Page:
A firefighting official said two children were among the victims and 50 others were taken to hospital, some with severe burns.
Indonesian officials have called for an investigation and audit of the facilities of state energy company Pertamina after a fire at its fuel storage station killed 13 people.
The fire broke out around 8 pm (01:00 GMT) on Friday from a fuel pipe at the Pertamina fuel storage depot in the capital Jakarta, quickly spreading to nearby homes and sending residents in the densely populated area into a state of panic.
The authorities initially estimated the death toll at 17, but later revised it to 13. Dozens were injured and hundreds evacuated. Abdul Wahed, an official with North Jakarta firefighters, said the fire was put out in the early hours of Saturday morning.
“I have ordered Pertamina to investigate this case thoroughly,” State-Owned Enterprises Minister Eric Thuhir said on his Instagram page.
“There should be an operational review,” he added.
Sojing Subaruto, who heads the country’s parliamentary energy committee, has called for a review of all Pertamina facilities.
“All facilities, be it refineries or storage, must be reviewed again,” he said on KompasTV, noting that Pertamina has often had fire accidents at its facilities. Sujing also said there should be more distance between storage depots in Pertamina and residential areas.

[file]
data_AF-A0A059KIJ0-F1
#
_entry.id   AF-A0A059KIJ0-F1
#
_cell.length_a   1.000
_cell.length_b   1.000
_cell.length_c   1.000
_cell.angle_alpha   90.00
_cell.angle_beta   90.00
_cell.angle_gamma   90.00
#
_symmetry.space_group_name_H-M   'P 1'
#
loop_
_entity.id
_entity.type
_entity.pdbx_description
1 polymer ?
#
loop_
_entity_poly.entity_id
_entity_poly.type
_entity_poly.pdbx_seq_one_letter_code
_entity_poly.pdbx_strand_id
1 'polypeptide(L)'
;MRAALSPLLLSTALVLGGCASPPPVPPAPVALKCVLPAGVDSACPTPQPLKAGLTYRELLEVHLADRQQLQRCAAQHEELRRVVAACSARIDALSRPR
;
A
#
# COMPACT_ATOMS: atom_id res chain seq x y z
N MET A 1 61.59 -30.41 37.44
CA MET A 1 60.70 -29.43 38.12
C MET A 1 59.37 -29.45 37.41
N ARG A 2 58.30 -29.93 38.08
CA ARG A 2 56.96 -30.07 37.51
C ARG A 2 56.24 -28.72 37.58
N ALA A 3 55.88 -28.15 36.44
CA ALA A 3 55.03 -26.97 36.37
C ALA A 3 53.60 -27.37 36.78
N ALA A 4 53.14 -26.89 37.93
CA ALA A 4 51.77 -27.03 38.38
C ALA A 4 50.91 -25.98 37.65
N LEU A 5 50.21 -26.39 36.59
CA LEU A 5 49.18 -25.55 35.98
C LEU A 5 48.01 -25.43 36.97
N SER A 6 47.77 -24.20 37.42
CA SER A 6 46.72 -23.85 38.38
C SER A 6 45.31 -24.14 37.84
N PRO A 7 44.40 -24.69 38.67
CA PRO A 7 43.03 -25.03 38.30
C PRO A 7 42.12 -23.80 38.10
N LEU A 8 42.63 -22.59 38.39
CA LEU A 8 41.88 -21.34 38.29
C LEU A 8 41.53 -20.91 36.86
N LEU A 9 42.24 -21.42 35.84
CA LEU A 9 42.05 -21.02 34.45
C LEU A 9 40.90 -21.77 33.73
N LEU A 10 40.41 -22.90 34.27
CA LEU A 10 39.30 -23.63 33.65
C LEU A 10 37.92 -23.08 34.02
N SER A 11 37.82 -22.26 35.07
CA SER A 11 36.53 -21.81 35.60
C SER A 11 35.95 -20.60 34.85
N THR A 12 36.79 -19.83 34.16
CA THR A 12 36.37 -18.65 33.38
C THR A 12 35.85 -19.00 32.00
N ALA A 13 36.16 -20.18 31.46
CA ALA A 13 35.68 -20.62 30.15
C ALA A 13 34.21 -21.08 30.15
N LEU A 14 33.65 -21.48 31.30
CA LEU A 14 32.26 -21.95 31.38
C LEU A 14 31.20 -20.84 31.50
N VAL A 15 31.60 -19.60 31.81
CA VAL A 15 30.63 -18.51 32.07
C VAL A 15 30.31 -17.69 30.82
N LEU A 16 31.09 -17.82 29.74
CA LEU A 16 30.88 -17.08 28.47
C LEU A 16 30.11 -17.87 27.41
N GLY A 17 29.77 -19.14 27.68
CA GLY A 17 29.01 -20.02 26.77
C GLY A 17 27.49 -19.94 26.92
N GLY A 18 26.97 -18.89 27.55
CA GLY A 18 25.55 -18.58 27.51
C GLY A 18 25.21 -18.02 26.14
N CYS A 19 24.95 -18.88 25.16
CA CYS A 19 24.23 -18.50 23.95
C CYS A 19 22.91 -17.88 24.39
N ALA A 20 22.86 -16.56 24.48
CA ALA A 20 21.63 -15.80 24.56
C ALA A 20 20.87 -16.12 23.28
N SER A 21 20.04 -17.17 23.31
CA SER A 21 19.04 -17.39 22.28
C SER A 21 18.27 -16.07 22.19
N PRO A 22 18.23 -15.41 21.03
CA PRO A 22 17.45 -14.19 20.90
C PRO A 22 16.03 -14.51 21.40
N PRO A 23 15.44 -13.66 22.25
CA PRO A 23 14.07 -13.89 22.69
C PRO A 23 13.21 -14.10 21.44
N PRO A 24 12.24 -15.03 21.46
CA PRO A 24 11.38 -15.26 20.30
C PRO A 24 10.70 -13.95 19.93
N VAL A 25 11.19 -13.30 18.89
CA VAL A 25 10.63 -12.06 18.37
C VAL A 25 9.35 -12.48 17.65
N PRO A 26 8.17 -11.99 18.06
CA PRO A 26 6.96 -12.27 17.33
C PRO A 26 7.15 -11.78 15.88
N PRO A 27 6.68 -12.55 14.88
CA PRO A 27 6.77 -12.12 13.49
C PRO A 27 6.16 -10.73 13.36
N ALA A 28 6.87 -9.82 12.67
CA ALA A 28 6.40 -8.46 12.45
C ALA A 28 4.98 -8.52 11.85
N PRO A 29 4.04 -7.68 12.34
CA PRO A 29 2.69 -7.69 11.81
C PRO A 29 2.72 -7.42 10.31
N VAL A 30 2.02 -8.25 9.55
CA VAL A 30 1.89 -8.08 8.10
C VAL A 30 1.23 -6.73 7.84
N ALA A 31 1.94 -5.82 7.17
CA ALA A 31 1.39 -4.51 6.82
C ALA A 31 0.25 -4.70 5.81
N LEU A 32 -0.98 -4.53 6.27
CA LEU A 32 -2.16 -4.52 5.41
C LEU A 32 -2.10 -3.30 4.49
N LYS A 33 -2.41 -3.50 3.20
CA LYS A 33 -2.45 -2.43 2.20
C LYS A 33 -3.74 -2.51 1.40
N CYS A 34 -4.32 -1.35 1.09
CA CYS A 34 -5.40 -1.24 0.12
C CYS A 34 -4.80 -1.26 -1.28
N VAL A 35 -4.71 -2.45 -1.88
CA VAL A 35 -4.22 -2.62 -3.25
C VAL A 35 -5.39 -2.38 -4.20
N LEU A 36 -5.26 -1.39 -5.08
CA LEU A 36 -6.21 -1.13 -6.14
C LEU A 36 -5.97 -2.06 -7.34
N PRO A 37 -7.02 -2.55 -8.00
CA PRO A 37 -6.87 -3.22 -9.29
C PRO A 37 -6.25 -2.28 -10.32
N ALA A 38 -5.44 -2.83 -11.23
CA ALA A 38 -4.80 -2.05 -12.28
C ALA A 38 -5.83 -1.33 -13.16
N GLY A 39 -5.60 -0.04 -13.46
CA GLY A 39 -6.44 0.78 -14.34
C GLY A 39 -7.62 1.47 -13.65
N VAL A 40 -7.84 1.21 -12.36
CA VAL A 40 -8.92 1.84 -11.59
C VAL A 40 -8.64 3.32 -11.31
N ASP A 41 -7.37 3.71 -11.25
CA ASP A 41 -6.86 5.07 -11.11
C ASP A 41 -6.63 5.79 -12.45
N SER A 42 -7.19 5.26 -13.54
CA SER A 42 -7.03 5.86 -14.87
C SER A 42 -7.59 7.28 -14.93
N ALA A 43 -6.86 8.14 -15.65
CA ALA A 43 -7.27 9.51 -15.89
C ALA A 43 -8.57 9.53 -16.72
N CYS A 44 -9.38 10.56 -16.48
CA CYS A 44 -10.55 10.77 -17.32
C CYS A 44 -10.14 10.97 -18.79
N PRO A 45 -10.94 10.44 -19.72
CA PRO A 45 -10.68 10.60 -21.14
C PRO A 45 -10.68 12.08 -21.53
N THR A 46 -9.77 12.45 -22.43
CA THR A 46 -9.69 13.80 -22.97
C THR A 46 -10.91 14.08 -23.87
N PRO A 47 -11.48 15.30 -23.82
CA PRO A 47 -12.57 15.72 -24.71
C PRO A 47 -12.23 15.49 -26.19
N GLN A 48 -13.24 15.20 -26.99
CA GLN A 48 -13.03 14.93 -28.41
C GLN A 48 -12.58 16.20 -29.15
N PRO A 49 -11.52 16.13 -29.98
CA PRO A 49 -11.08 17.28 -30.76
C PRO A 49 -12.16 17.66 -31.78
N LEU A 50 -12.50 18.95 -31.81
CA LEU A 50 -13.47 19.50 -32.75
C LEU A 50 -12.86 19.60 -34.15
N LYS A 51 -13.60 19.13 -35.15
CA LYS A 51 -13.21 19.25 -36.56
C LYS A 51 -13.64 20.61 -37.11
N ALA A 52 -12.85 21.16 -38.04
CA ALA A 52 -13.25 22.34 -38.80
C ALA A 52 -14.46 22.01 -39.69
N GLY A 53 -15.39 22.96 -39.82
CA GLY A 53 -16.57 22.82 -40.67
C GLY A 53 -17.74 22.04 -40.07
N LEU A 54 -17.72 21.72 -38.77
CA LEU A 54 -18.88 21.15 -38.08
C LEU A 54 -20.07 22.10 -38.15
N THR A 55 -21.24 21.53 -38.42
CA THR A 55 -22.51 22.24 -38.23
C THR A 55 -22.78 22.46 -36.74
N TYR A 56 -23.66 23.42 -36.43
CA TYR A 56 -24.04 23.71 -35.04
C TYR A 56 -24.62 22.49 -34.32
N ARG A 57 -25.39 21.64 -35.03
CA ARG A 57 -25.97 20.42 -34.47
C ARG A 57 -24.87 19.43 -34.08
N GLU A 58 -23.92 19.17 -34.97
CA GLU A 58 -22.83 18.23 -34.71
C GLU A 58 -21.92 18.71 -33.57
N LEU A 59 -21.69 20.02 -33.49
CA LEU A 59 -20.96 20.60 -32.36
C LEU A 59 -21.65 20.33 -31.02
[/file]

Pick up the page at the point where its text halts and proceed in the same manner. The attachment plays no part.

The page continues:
“For a facility with the capacity of Bloomang, there should be at least one to two kilometers of distance with the residential area,” he said.
Plumpang, with a storage capacity of more than 300,000 kiloliters, is one of the largest gas stations in Pertamina.
Local residents said they could smell the fuel about 30 minutes before the fire started, Abdul Sikur, who lives nearby, told KompasTV.
“The smell was so strong that people vomited and some fainted,” he said.
Pertamina district manager Eko Kristiawan said preliminary investigation showed the fire started when a pipeline snapped during heavy rain, possibly from a lightning strike.
While the station provides 25 percent of Indonesia’s fuel needs, he said the fire will not disrupt the country’s fuel supply.
Minister Zaheer expressed his condolences to the victims and their families. Pertamina CEO Nicke Widyawati also apologized for the fire and said the company would “think internally to avoid similar incidents from happening again”.
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